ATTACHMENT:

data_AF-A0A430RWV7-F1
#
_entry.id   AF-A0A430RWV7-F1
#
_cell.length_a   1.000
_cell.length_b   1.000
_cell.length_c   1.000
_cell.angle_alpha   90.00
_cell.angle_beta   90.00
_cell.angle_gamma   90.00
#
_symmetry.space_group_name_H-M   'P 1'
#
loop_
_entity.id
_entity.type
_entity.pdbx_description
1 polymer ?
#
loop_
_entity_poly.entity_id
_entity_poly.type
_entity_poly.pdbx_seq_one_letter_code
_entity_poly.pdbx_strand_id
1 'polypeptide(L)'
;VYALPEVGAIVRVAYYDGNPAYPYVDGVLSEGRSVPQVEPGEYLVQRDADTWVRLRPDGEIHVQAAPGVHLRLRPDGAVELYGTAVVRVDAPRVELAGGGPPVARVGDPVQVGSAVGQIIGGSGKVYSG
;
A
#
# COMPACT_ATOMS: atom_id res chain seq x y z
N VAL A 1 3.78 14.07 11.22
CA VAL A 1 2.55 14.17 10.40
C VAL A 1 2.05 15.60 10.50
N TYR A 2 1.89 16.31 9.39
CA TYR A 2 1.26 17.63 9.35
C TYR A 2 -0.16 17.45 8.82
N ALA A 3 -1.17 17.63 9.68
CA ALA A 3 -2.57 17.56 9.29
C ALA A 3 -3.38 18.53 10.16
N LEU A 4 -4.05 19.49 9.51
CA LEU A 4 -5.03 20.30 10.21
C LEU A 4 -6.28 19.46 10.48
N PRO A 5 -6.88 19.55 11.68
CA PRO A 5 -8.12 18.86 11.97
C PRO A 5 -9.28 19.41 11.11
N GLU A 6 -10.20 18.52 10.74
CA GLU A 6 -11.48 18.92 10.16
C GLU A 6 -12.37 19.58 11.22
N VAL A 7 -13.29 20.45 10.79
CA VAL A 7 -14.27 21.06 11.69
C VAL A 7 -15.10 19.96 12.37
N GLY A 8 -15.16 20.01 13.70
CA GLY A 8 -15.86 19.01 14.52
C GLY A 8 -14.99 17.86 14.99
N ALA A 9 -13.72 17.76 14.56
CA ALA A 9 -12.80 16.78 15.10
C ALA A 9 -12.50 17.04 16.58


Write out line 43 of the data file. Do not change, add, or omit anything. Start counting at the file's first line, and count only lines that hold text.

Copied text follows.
N PRO A 5 -6.88 19.55 11.68